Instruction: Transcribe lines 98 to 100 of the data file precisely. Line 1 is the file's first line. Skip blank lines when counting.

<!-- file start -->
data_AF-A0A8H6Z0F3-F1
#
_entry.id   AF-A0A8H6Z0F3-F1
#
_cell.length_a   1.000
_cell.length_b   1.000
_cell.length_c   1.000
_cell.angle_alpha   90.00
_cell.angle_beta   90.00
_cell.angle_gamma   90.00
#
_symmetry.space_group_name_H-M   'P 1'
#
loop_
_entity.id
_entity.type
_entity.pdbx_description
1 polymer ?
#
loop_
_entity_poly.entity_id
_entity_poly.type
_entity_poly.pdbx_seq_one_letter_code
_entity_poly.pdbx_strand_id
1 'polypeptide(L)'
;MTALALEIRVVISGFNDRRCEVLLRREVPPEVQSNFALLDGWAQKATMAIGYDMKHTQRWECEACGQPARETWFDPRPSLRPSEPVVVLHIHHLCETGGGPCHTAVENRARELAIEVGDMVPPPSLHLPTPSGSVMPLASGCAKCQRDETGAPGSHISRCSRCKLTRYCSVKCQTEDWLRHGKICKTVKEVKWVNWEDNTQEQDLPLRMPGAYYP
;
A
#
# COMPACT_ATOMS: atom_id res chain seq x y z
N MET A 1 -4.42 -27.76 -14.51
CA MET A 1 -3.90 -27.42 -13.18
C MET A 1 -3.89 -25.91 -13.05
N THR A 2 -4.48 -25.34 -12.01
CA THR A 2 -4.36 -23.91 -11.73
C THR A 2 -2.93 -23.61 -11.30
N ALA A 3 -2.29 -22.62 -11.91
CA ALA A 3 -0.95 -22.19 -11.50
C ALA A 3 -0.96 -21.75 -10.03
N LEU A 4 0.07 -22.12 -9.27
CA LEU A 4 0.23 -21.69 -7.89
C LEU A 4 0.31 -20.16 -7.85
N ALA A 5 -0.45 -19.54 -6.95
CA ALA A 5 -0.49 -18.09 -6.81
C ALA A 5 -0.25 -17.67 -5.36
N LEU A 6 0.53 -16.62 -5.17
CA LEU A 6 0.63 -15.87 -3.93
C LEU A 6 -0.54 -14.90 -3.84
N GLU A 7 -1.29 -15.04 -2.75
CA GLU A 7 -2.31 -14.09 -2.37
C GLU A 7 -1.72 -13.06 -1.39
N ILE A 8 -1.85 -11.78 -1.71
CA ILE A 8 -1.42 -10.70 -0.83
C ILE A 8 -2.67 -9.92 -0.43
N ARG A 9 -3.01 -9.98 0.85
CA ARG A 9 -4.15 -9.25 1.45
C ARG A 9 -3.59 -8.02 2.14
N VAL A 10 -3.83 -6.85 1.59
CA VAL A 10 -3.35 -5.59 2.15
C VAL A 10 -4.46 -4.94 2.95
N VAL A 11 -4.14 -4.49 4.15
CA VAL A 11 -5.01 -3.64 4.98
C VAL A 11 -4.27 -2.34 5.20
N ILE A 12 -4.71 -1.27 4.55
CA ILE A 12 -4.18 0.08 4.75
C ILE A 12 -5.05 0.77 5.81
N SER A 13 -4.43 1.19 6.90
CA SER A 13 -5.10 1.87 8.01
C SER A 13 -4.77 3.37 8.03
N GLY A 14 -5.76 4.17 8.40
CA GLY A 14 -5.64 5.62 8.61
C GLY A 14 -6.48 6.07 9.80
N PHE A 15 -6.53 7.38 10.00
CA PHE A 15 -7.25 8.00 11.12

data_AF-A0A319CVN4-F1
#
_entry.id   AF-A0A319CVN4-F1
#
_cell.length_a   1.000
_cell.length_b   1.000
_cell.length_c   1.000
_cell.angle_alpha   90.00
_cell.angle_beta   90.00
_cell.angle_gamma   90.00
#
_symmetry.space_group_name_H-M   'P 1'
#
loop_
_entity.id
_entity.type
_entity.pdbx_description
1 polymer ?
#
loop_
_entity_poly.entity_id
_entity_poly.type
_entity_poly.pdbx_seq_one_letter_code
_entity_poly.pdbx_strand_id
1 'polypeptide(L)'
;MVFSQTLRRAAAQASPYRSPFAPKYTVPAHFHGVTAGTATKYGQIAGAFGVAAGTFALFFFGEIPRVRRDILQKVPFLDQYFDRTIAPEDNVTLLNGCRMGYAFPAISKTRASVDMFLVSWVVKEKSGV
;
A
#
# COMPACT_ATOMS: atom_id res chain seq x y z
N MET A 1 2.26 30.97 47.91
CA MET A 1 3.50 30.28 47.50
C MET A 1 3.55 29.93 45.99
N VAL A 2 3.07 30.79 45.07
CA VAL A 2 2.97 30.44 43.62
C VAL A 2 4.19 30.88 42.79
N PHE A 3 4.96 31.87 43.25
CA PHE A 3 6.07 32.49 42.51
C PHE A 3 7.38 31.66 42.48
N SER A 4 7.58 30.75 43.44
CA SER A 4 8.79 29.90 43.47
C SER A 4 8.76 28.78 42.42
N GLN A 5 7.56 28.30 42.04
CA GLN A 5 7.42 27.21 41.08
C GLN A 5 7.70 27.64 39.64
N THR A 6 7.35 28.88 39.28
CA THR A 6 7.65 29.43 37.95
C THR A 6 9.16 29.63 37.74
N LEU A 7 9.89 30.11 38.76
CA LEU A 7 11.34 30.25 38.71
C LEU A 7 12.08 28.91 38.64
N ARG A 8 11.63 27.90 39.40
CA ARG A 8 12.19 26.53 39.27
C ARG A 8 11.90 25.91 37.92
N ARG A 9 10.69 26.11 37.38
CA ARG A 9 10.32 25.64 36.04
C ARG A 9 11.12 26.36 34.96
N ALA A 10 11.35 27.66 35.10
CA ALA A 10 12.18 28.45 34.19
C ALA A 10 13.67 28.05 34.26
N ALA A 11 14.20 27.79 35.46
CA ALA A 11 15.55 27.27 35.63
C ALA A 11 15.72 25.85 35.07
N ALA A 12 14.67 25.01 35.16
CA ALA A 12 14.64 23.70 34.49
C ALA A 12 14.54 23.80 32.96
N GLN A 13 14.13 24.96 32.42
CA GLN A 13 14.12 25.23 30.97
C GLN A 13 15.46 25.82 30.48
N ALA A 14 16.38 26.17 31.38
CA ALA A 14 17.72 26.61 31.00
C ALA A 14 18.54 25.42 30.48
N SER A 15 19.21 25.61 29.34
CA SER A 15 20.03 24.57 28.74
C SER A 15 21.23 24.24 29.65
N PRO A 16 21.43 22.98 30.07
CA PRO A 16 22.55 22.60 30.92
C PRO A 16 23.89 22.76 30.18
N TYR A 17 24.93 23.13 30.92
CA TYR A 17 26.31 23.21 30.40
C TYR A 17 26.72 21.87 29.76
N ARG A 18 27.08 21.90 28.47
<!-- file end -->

_entity_poly.pdbx_strand_id
1 'polypeptide(L)'
;MVFSQTLRRAAAQASPYRSPFAPKYTVPAHFHGVTAGTATKYGQIAGAFGVAAGTFALFFFGEIPRVRRDILQKVPFLDQYFDRTIAPEDNVTLLNGCRMGYAFPAISKTRASVDMFLVSWVVKEKSGV